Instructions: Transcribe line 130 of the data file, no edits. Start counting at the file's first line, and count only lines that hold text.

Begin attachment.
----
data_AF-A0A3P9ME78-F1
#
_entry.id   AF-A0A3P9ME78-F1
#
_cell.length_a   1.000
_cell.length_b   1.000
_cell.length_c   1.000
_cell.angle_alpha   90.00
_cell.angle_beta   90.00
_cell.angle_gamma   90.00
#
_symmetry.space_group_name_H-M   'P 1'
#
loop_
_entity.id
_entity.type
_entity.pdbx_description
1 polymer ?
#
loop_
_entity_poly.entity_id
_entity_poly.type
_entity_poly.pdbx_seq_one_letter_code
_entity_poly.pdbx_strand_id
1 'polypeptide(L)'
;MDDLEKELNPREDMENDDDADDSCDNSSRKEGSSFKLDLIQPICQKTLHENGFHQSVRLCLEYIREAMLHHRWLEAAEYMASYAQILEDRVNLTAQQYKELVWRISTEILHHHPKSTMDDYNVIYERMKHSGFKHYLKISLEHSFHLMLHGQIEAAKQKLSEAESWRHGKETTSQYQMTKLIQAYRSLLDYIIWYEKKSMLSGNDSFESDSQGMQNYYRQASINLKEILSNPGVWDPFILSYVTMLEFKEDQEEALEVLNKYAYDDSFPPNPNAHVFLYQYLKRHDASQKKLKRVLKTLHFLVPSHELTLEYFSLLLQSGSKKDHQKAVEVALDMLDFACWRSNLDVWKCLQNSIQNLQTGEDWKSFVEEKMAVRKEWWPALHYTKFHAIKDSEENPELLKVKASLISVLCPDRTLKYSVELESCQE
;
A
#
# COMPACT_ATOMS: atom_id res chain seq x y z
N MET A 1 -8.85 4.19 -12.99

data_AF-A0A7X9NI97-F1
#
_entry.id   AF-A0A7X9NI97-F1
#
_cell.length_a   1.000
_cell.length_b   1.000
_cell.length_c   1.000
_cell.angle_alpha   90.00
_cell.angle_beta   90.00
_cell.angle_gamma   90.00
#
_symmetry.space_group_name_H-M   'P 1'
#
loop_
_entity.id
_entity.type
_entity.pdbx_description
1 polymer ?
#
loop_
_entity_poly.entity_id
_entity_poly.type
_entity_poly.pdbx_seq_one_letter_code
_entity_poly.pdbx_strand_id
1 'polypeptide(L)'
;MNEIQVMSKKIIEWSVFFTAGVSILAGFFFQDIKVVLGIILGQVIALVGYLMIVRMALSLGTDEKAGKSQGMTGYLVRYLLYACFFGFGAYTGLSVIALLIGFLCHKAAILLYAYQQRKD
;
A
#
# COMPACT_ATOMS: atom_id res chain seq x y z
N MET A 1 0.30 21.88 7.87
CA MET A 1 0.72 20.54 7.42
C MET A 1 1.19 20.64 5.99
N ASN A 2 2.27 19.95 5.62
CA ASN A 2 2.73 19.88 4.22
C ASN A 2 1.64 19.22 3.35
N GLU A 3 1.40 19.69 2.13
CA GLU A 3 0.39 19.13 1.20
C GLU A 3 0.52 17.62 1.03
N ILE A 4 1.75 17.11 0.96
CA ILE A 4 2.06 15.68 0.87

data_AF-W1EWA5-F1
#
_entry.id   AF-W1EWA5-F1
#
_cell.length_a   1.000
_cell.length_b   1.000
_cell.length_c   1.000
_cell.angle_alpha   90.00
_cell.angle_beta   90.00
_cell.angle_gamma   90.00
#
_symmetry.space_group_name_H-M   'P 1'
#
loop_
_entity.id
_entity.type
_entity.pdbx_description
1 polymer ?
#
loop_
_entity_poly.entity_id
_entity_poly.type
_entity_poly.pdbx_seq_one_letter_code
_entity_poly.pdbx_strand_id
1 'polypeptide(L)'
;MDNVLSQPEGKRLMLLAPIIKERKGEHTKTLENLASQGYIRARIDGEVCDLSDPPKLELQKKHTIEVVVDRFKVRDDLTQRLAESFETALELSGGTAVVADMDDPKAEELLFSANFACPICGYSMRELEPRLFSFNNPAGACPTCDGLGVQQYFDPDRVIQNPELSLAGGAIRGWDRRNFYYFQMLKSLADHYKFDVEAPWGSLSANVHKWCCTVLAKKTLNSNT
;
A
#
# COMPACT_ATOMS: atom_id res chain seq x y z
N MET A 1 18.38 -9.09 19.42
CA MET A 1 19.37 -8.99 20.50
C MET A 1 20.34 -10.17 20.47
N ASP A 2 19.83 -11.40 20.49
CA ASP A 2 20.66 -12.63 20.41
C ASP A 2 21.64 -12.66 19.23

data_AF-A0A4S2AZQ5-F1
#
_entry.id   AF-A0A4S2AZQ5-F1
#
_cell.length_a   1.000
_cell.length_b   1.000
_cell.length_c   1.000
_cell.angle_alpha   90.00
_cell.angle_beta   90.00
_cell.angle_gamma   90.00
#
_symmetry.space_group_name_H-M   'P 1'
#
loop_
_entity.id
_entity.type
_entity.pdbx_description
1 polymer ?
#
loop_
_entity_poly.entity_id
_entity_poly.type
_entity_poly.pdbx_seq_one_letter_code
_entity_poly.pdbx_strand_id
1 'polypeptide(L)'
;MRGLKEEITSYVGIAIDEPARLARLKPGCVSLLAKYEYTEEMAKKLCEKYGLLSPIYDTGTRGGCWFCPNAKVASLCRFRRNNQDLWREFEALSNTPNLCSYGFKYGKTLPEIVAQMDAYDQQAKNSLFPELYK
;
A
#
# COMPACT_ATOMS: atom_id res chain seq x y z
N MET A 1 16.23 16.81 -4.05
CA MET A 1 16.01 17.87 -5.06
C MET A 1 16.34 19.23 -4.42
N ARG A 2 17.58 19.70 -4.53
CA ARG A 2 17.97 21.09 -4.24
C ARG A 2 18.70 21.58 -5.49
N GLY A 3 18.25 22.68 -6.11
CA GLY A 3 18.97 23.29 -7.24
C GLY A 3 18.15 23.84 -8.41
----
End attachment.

_entity_poly.type